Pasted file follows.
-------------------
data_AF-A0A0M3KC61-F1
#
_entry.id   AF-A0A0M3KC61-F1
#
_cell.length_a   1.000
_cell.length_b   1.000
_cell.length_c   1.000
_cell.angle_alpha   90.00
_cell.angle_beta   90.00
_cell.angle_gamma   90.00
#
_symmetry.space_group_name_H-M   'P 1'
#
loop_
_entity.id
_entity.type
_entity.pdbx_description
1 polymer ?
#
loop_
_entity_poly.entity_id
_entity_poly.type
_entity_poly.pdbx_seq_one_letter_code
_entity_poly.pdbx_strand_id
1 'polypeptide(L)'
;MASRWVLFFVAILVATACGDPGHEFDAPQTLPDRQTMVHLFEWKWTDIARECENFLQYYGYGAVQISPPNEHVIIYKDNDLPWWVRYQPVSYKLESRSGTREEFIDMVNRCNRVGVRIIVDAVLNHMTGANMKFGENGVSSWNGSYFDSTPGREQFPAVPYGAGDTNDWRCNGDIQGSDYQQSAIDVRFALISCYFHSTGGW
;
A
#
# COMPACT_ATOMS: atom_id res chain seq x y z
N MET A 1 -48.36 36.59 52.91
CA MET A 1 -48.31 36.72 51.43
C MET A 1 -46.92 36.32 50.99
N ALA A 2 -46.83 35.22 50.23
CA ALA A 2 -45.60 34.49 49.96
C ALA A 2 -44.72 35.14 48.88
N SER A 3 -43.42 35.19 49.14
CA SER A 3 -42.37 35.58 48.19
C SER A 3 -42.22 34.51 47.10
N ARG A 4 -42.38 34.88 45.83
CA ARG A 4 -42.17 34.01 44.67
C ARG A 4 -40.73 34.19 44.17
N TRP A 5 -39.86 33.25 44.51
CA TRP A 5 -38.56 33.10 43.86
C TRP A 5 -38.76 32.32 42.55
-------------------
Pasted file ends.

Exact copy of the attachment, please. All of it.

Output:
data_AF-A0A0M3KC61-F1
#
_entry.id   AF-A0A0M3KC61-F1
#
_cell.length_a   1.000
_cell.length_b   1.000
_cell.length_c   1.000
_cell.angle_alpha   90.00
_cell.angle_beta   90.00
_cell.angle_gamma   90.00
#
_symmetry.space_group_name_H-M   'P 1'
#
loop_
_entity.id
_entity.type
_entity.pdbx_description
1 polymer ?
#
loop_
_entity_poly.entity_id
_entity_poly.type
_entity_poly.pdbx_seq_one_letter_code
_entity_poly.pdbx_strand_id
1 'polypeptide(L)'
;MASRWVLFFVAILVATACGDPGHEFDAPQTLPDRQTMVHLFEWKWTDIARECENFLQYYGYGAVQISPPNEHVIIYKDNDLPWWVRYQPVSYKLESRSGTREEFIDMVNRCNRVGVRIIVDAVLNHMTGANMKFGENGVSSWNGSYFDSTPGREQFPAVPYGAGDTNDWRCNGDIQGSDYQQSAIDVRFALISCYFHSTGGW
;
A
#
# COMPACT_ATOMS: atom_id res chain seq x y z
N MET A 1 -48.36 36.59 52.91
CA MET A 1 -48.31 36.72 51.43
C MET A 1 -46.92 36.32 50.99
N ALA A 2 -46.83 35.22 50.23
CA ALA A 2 -45.60 34.49 49.96
C ALA A 2 -44.72 35.14 48.88
N SER A 3 -43.42 35.19 49.14
CA SER A 3 -42.37 35.58 48.19
C SER A 3 -42.22 34.51 47.10
N ARG A 4 -42.38 34.88 45.83
CA ARG A 4 -42.17 34.01 44.67
C ARG A 4 -40.73 34.19 44.17
N TRP A 5 -39.86 33.25 44.51
CA TRP A 5 -38.56 33.10 43.86
C TRP A 5 -38.76 32.32 42.55